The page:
- i 1 - J -.
charges of counterfeiting eic., mauo
against, Nicholai Polite and otners,
took quite a sensational turn yester
day morning when it became known
that Politz had determined to go upon
the witness stand, and 'make a clean
breast" of hia whole connection- with
the spurious coin, counterfeiting out
fit. etc.1 found in his store a few weeits
ago by the officers of the law.and that
he had, in fact, already secretly made
statement to Mr. B. F. Perry, of
the United States secret service.
The sensation was heightened and is
still keyed-up to; a considerable ten
sion by the fact that Polilz. did go
upon the stand yesterday afternoon
and was making his statement, hav
ing reached avery interesting stage of
the narrative, when 2 o'clock arrived
and Judge Purnell declared a recess
until 8.30 o'clock this morning, in
structing the marshal to see that no
one was allowed to have a conversa
tion with Politz during the rectss of
the court' j
Preparing for the Trial.
The United States Court room was
crowded with spectators during the
entire session of the District Court yes
terdav. it not beiner known at what
w - rm .
hour the Politz case would be called
A case pendingfrom the session of
the previous dayf-Nbllie and Wesley
Jacobs, charged j with breaking into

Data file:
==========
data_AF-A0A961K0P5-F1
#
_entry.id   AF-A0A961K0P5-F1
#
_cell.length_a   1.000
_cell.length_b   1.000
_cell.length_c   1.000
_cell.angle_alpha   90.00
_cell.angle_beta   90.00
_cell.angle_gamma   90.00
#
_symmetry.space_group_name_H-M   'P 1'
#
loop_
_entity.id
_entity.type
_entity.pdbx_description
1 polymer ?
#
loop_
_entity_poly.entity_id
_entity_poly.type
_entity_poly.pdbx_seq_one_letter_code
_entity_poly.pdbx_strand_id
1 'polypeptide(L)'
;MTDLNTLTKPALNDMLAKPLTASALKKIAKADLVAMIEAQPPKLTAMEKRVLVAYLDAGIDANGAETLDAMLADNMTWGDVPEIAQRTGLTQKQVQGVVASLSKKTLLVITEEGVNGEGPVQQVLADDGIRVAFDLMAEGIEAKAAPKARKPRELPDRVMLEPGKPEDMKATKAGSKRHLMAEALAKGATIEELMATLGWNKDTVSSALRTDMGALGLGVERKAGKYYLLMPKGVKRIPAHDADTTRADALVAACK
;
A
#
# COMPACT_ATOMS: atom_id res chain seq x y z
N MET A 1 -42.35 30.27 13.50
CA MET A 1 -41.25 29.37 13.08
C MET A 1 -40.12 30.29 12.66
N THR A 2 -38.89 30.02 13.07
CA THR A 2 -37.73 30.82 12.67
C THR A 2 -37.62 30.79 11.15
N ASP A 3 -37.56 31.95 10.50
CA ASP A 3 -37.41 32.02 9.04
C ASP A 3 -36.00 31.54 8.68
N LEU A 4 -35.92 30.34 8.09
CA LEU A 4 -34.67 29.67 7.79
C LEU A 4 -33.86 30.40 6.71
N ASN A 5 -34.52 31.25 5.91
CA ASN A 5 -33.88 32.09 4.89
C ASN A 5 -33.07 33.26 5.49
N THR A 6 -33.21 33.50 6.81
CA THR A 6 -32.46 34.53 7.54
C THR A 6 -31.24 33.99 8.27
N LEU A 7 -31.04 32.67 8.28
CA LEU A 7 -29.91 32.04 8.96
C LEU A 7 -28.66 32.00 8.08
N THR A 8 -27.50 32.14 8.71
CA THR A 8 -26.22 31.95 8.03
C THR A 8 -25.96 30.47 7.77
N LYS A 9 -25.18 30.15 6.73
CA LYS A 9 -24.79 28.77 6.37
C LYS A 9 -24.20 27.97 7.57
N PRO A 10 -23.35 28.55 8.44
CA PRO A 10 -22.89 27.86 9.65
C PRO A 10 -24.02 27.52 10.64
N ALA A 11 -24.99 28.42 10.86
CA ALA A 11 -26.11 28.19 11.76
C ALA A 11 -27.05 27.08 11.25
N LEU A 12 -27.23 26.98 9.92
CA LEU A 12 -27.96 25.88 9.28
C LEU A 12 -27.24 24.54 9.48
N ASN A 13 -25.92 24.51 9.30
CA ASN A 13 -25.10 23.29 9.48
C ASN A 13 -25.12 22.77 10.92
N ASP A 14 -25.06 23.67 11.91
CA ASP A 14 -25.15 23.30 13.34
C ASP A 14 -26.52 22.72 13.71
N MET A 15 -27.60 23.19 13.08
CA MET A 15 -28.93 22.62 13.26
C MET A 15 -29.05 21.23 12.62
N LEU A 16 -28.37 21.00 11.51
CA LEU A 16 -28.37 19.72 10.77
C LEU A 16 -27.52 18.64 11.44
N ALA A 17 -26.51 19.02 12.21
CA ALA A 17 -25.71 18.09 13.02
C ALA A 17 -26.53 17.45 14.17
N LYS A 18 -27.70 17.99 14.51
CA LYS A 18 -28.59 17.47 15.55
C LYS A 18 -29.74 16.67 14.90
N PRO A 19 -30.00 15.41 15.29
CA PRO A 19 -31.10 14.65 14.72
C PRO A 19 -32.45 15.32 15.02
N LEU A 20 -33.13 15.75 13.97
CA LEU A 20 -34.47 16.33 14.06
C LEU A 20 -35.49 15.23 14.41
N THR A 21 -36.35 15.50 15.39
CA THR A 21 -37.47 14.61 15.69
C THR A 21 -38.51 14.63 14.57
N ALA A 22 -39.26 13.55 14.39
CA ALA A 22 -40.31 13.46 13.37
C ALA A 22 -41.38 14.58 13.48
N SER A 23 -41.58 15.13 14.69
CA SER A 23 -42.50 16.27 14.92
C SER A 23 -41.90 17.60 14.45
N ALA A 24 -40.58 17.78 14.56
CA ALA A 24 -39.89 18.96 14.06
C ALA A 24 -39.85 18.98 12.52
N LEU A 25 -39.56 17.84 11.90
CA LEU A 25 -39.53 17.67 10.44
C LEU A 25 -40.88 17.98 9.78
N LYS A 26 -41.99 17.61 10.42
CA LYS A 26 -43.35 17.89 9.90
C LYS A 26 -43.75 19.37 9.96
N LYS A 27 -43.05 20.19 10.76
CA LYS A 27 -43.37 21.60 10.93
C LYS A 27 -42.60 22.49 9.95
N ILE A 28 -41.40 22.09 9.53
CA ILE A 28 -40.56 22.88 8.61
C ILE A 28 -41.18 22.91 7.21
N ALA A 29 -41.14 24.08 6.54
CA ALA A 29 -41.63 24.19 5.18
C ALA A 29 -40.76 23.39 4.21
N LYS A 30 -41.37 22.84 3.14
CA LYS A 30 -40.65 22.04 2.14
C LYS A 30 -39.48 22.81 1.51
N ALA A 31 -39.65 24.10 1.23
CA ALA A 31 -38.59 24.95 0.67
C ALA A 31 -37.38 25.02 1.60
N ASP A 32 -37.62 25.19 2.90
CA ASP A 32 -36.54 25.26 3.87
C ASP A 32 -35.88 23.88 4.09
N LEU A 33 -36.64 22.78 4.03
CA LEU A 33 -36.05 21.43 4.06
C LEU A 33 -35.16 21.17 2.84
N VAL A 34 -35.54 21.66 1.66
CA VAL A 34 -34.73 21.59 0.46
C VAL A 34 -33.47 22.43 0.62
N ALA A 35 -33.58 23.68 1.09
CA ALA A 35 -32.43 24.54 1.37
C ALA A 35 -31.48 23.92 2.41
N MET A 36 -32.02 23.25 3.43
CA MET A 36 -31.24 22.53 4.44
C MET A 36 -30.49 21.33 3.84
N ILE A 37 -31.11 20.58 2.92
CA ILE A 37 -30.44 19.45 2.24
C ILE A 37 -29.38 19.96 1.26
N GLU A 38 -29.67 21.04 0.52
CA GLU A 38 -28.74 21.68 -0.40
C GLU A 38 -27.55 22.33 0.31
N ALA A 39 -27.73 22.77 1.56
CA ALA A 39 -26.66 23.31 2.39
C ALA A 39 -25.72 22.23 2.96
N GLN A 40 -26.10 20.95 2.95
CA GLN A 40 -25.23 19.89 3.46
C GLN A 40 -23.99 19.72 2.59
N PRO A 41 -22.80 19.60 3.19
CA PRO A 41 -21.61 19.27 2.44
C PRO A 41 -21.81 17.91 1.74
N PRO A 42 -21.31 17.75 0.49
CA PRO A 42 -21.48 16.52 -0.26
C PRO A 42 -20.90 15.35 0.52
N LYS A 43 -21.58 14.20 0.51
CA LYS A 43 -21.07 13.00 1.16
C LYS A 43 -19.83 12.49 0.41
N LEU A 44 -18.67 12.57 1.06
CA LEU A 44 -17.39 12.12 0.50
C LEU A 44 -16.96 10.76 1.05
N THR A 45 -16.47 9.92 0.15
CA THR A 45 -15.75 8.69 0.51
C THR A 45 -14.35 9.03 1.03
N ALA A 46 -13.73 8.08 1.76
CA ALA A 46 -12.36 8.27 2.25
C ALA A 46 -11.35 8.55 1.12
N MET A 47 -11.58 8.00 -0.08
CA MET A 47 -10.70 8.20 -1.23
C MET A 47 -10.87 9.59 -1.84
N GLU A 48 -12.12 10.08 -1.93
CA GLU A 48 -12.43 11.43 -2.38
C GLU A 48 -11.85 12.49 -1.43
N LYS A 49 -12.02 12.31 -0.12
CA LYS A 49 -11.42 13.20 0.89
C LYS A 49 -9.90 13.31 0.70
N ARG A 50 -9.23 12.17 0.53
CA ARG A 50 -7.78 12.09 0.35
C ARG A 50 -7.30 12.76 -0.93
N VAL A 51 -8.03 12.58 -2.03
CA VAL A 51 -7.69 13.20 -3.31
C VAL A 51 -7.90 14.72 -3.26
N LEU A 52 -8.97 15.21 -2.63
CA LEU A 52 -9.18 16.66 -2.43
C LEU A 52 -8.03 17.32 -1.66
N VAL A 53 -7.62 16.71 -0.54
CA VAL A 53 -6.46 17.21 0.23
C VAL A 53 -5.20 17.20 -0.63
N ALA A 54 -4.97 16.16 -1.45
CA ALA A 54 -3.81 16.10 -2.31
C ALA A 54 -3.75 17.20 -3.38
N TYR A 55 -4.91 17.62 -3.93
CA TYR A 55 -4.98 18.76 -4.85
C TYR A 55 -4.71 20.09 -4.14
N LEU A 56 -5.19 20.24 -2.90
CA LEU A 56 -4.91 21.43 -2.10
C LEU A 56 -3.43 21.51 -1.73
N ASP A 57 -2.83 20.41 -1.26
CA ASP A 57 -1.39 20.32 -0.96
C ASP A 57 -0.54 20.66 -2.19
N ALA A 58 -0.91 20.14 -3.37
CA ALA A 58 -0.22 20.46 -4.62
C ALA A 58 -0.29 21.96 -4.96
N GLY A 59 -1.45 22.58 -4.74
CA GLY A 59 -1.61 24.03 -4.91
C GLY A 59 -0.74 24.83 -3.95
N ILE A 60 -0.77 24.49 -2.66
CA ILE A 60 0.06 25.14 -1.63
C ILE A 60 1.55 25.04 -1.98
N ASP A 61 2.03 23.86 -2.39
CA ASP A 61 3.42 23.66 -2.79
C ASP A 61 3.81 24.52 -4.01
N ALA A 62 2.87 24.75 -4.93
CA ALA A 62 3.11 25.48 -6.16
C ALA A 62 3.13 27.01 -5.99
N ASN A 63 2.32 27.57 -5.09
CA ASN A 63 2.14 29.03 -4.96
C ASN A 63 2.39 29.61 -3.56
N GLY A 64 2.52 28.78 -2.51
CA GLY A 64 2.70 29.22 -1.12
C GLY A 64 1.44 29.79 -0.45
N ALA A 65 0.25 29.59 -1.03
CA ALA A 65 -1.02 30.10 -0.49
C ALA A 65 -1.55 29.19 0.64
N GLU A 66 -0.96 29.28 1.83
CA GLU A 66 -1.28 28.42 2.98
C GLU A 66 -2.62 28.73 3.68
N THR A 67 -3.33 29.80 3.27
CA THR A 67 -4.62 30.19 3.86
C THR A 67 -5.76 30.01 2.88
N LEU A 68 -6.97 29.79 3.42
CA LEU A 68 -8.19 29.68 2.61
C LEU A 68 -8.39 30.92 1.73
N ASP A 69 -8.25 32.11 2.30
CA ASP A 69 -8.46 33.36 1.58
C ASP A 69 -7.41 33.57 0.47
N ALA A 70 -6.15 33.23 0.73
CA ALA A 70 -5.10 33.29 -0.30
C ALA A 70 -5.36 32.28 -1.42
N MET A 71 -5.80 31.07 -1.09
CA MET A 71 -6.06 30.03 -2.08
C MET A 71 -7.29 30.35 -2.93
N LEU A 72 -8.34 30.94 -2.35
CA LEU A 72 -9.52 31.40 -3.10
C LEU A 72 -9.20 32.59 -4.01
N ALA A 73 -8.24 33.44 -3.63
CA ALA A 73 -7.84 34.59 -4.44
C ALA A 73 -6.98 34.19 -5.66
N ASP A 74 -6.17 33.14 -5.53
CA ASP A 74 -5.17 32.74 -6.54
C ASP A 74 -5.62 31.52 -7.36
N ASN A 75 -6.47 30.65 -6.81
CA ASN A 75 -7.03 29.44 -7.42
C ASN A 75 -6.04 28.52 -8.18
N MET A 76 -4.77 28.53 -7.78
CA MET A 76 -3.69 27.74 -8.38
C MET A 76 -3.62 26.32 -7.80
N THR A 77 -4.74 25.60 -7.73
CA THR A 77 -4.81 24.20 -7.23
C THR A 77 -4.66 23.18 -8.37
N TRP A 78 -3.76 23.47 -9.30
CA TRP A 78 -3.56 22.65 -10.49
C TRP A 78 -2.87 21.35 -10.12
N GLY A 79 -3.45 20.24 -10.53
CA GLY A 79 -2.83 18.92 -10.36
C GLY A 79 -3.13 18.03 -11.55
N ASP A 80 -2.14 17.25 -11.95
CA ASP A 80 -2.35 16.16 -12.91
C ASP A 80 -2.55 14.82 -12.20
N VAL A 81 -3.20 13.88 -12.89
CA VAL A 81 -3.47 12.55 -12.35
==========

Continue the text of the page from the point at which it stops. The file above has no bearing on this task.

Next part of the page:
the postoffice at Fates, N. C.-engaged
the court until 11.30 o'clock, "when the
marshal was instructed to bring Nicho
las Politz into court. He was given a
seat in the bar with his counsel, Hon
John D. Bellamy; Marsden Bellamy,
Esq., and Herbert McClammy, Esq
Considerable time was consumed in im-
panneling the jury, which was for
mally accomplished, with the follow
ing members: Timothy Newkirk, Jno.
B. Davis, J. D. Lswis, J. C. Brooks,
G. H. Leach, J. D. Bobbins, J. L. Mc
Koy, A. L. McCaskell, J. P. Leake, T.
A. Norment, J. W. H. Smith, Jr., and
E. P. Jowers.- i i
The delay of empanelment was par
tially due ti the fact that the court
was waiting for the arrival of a special
venire of citizens . from Richmond,
Cumberland and 'other counties from
which to complete a desirable jury.
Jurymen challenged and excused by
the prosecution were Carl - Mugge and
Jefferson Inman and those by the de
fendant's counsel Geo. McLean, Sr.,
Neill McClellanj Z. F. Long and
D. F. Caldwell, j The latter was ex
cused by the Judge because he (Cald
well) had overheard a conference be
tween Politz and his counsel, Hon.
Jno. D. Bellamy.
District Attorney Bernard called
the following witnesses : B. F. Perry
William Sheehan, J. P. Flynn, J.1 R.
Williams, Dr. Chas. T. Harper, El P.
Bailey, Capt Jno. . Furlong, Geo.
Connor and Jos. D. Smith.
Detective Perry's Testimony.
'The first and only witness put upon
the stand bv the prosecution was
B. F. Perry, the j secret service man.
His evidence regarding the arrest of
Politz, the finding of the "spurious